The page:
Less truly is more with SWKs isn’t it? Talk less, plan less, monitor less, nag less, do everything less in an attempt to avoid frustrating them. Of course these things need to be done…the talking, planning, instructing and so on, but as the parent of a SWK, you just have to be more calculated in what you choose to take on and how you choose to take it on. Just remember as a general whole, less is more with a SWK. Keeping this in the forefront of your mind at all times in dealing with your SWK will help you choose a better path right off the bat.

Choose your battles

This brings me to my next point. Choose what battles really matter and what ones really don’t. My other kids don’t go to battle with me on every issue whereas my two SWKs almost always do. Decide what truly matters to you. If you are a controlling person like I am, this can be even more of a challenge. I like things done my way. I like order, I like organization, and I love a well thought out plan that comes to fruition. As the parent of SWKs, however, it has to be more about what works for them than it is about how I like things to be done.

Change how you perceive your SWK

It can be difficult, but in the beginning of this post I cited some really great things about SWKs. I will also say that my two SWKs are my most affectionate, concerned, and intuitive kids…when they want to be. Don’t lose sight of the incredible gift that you have in your SWK because this shift in perspective is worth its weight in gold. When you perceive your SWK from a positive viewpoint, you will be a better parent to your SWK. Period. Not always easy, I get that, really I do. However, it will be so beneficial to see your SWK through a positive lens every day.

Change you

Remember how I said that I like control, order, and all of that? I also like to follow rules. I like consistency, and I like congruency. These are all things about me that I’ve had to learn to surrender in dealing with my SWKs much of the time. Try as hard as I may, I can’t control my SWKs and I certainly can’t change them, but I can change the things about me that are only aggravated by the things that my SWKs do that are the opposite of these things. Change you. Change your need to control…you want to guide them not control them. Repeat with me…you want to guide them not control them. Good stuff right there. Repeat as often as necessary 😉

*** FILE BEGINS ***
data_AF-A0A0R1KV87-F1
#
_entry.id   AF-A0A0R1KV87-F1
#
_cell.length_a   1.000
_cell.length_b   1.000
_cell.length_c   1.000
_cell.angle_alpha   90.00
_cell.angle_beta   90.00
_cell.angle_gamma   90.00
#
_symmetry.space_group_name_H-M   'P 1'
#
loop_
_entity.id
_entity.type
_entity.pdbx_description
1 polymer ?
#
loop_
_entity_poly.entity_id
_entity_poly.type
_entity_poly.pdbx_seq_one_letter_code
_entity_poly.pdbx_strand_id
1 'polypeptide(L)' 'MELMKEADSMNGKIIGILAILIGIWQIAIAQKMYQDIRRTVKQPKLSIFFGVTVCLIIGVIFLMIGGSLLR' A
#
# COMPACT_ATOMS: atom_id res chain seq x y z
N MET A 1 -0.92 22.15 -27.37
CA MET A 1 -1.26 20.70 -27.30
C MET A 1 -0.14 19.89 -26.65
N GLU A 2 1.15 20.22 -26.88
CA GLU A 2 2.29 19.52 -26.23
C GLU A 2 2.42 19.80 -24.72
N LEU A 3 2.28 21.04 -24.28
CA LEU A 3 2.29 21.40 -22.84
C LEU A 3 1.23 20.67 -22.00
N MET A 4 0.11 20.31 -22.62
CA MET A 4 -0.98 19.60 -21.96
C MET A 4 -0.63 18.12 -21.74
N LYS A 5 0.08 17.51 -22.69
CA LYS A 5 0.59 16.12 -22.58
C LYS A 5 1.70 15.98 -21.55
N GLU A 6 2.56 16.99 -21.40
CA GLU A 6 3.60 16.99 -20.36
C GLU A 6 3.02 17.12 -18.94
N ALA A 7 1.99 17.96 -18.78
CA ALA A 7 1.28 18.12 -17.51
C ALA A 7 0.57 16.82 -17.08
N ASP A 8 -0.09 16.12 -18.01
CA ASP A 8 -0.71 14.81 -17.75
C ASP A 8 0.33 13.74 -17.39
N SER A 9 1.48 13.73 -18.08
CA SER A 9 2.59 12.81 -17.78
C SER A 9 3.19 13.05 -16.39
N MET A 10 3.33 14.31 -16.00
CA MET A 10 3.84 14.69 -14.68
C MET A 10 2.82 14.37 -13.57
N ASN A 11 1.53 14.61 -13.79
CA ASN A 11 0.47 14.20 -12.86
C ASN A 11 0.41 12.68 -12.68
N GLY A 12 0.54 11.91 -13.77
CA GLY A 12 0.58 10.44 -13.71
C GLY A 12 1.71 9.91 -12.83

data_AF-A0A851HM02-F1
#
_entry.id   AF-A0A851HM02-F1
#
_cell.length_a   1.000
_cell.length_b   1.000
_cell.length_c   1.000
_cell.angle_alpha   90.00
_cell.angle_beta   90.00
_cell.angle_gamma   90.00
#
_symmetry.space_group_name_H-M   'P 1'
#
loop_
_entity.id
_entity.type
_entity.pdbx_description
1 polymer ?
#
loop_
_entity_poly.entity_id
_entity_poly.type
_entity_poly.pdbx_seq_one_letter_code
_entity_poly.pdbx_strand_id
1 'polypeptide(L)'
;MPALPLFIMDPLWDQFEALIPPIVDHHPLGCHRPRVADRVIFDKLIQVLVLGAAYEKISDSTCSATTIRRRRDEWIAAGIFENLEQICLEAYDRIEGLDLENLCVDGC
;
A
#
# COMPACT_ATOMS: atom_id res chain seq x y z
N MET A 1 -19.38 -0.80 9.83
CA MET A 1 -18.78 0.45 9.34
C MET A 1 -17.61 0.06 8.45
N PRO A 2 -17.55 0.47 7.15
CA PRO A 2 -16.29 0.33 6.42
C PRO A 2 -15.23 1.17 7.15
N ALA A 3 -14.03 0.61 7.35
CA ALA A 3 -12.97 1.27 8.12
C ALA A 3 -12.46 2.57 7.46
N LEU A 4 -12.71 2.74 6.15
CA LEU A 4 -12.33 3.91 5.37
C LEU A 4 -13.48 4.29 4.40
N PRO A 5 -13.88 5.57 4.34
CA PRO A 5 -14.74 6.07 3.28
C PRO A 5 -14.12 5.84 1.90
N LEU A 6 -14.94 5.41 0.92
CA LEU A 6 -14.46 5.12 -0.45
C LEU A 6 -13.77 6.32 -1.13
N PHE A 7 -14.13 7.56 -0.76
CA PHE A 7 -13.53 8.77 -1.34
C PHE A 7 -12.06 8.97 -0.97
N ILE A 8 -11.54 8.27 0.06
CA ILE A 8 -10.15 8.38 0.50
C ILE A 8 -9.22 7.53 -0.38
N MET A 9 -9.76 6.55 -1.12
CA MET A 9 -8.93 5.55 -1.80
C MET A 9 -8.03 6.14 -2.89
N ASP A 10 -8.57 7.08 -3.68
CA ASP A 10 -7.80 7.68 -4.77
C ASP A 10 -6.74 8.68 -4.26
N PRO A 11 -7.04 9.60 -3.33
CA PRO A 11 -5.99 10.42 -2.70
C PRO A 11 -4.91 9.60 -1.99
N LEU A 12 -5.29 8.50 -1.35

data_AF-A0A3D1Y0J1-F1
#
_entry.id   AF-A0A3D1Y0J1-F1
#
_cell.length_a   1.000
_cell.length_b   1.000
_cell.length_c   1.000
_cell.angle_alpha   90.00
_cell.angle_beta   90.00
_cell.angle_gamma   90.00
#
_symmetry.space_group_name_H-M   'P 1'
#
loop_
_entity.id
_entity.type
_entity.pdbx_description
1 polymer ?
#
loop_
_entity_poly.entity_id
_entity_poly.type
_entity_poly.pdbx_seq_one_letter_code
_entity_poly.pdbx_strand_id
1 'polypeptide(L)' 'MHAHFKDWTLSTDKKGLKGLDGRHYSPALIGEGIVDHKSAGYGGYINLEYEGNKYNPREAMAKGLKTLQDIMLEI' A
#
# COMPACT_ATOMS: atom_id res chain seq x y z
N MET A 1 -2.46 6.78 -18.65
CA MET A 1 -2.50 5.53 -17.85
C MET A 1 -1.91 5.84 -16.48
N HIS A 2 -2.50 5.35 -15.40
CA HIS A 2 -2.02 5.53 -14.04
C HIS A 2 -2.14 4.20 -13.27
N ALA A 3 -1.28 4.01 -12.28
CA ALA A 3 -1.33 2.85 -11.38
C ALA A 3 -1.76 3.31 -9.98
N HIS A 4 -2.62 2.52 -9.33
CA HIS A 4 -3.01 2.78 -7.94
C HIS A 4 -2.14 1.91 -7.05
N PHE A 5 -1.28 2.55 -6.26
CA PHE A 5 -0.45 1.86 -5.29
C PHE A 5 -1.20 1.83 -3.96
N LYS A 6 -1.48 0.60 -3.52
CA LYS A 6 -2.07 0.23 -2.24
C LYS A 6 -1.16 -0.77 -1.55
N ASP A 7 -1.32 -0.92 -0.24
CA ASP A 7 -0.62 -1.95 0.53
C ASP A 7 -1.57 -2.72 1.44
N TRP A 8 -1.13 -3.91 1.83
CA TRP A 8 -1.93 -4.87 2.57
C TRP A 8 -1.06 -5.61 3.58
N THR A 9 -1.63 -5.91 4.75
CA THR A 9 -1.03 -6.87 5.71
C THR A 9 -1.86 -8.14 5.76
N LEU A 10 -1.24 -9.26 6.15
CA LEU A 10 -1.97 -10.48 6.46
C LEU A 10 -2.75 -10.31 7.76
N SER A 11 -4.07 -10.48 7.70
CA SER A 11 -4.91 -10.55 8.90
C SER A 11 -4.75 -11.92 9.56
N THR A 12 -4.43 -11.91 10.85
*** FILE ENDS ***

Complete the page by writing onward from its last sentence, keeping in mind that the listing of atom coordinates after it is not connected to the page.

Change how you see parenting

So often as parents we feel that we are in a battle. It is us against them. However, we are not in battle, although our SWKs like to make us feel like we are in an all-out war almost every day. The thing is, battles need to have a winner and a loser. This is not so in parenting, especially in parenting a SWK. Before engaging in anything that resembles a fight of any kind, ask yourself, “Is it worth it?” Maybe a different question to ask would be, “Does this really matter?”

The other day on Instagram I posted a picture of my 18 month old eating breakfast in his pajamas that day. The rule in our house is that kids are dressed and have a few chores done before they eat. So, why was he eating in his pajamas? Because in that context, on that day, in that situation, I had decided that fighting him to get dressed before breakfast wasn’t worth it.

While he won’t always be eating in his pajamas, a big hurdle to overcome in that situation is to remember that I don’t need to “win” when it comes to how he eats breakfast. That day, I let him choose.

That day, he needed me to take into account his mood, his natural temperament, and his desire, even at only 18 months, to control something about his life that morning. So, pajamas it was.

And do you know what? He ate breakfast in his pajamas…and it really was ok. It was fine. I didn’t win that battle, but I did win the war in that context because my son knew that he was loved, he didn’t start off his day being frustrated, and having that bit of control made him more willing to allow me to control something else shortly thereafter.

Love them unconditionally

We know that as parents we need to love our kids unconditionally, but this is especially true in the case of a SWK. They feel the tension, they feel the stress, they feel your frustration. As much as they like to know that they are controlling you in regards to those things, they don’t need to be wondering if you still love them in spite of it. Make sure they know that they are loved.

Parenting a strong willed kid can be a challenge, but it can also be an incredible gift. Keeping a few things in mind, having a fresh perspective, and knowing a few tricks to keep up your sleeve can help you navigate the tumultuous waters just a bit, making them a bit smoother. It will be so worth it!

Arming yourself with as much information as you can about SWKs is a very good thing. Here are a couple of the best books I’ve read on the subject. The first one is my favorite.

You Can’t Make Me (But I Can Be Persuaded), Revised and Updated Edition: Strategies for Bringing Out the Best in Your Strong-Willed Child

The New Strong-Willed Child